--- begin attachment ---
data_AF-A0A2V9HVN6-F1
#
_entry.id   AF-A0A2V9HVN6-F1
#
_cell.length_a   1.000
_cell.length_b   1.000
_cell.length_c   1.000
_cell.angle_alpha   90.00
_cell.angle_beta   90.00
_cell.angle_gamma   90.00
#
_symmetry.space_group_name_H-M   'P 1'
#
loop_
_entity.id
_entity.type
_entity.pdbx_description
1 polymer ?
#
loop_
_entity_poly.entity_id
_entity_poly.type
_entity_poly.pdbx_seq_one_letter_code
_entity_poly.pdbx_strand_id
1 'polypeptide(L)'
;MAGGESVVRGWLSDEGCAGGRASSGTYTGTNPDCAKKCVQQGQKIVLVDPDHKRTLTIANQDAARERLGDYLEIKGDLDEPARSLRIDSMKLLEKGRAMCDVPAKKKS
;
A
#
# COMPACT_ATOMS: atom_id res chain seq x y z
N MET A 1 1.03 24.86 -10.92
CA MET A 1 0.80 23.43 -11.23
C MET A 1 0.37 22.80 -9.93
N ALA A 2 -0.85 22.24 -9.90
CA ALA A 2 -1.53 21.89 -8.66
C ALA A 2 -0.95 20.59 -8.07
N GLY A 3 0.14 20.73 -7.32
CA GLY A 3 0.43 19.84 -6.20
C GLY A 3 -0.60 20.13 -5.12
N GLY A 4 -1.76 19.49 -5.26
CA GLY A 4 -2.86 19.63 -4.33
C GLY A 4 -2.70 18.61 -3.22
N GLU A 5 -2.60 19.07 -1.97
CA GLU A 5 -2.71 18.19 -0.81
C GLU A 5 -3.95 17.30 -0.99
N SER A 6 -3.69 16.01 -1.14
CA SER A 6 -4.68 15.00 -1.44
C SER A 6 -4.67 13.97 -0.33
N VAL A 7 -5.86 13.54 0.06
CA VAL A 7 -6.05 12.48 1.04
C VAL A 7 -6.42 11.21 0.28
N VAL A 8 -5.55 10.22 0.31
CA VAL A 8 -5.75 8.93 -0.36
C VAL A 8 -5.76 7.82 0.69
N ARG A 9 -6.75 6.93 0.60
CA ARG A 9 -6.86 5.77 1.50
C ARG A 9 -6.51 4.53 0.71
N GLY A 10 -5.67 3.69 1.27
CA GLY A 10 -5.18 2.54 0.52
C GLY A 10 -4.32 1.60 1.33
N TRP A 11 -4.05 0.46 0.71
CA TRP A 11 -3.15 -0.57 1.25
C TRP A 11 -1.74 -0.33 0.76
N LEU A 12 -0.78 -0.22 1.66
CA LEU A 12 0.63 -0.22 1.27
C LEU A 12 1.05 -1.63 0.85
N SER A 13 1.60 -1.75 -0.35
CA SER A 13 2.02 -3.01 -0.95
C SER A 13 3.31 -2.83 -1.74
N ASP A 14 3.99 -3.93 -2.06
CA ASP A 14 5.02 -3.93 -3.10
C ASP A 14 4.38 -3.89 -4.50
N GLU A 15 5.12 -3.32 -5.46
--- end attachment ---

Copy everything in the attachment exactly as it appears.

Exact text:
data_AF-A0A2V9HVN6-F1
#
_entry.id   AF-A0A2V9HVN6-F1
#
_cell.length_a   1.000
_cell.length_b   1.000
_cell.length_c   1.000
_cell.angle_alpha   90.00
_cell.angle_beta   90.00
_cell.angle_gamma   90.00
#
_symmetry.space_group_name_H-M   'P 1'
#
loop_
_entity.id
_entity.type
_entity.pdbx_description
1 polymer ?
#
loop_
_entity_poly.entity_id
_entity_poly.type
_entity_poly.pdbx_seq_one_letter_code
_entity_poly.pdbx_strand_id
1 'polypeptide(L)'
;MAGGESVVRGWLSDEGCAGGRASSGTYTGTNPDCAKKCVQQGQKIVLVDPDHKRTLTIANQDAARERLGDYLEIKGDLDEPARSLRIDSMKLLEKGRAMCDVPAKKKS
;
A
#
# COMPACT_ATOMS: atom_id res chain seq x y z
N MET A 1 1.03 24.86 -10.92
CA MET A 1 0.80 23.43 -11.23
C MET A 1 0.37 22.80 -9.93
N ALA A 2 -0.85 22.24 -9.90
CA ALA A 2 -1.53 21.89 -8.66
C ALA A 2 -0.95 20.59 -8.07
N GLY A 3 0.14 20.73 -7.32
CA GLY A 3 0.43 19.84 -6.20
C GLY A 3 -0.60 20.13 -5.12
N GLY A 4 -1.76 19.49 -5.26
CA GLY A 4 -2.86 19.63 -4.33
C GLY A 4 -2.70 18.61 -3.22
N GLU A 5 -2.60 19.07 -1.97
CA GLU A 5 -2.71 18.19 -0.81
C GLU A 5 -3.95 17.30 -0.99
N SER A 6 -3.69 16.01 -1.14
CA SER A 6 -4.68 15.00 -1.44
C SER A 6 -4.67 13.97 -0.33
N VAL A 7 -5.86 13.54 0.06
CA VAL A 7 -6.05 12.48 1.04
C VAL A 7 -6.42 11.21 0.28
N VAL A 8 -5.55 10.22 0.31
CA VAL A 8 -5.75 8.93 -0.36
C VAL A 8 -5.76 7.82 0.69
N ARG A 9 -6.75 6.93 0.60
CA ARG A 9 -6.86 5.77 1.50
C ARG A 9 -6.51 4.53 0.71
N GLY A 10 -5.67 3.69 1.27
CA GLY A 10 -5.18 2.54 0.52
C GLY A 10 -4.32 1.60 1.33
N TRP A 11 -4.05 0.46 0.71
CA TRP A 11 -3.15 -0.57 1.25
C TRP A 11 -1.74 -0.33 0.76
N LEU A 12 -0.78 -0.22 1.66
CA LEU A 12 0.63 -0.22 1.27
C LEU A 12 1.05 -1.63 0.85
N SER A 13 1.60 -1.75 -0.35
CA SER A 13 2.02 -3.01 -0.95
C SER A 13 3.31 -2.83 -1.74
N ASP A 14 3.99 -3.93 -2.06
CA ASP A 14 5.02 -3.93 -3.10
C ASP A 14 4.38 -3.89 -4.50
N GLU A 15 5.12 -3.32 -5.46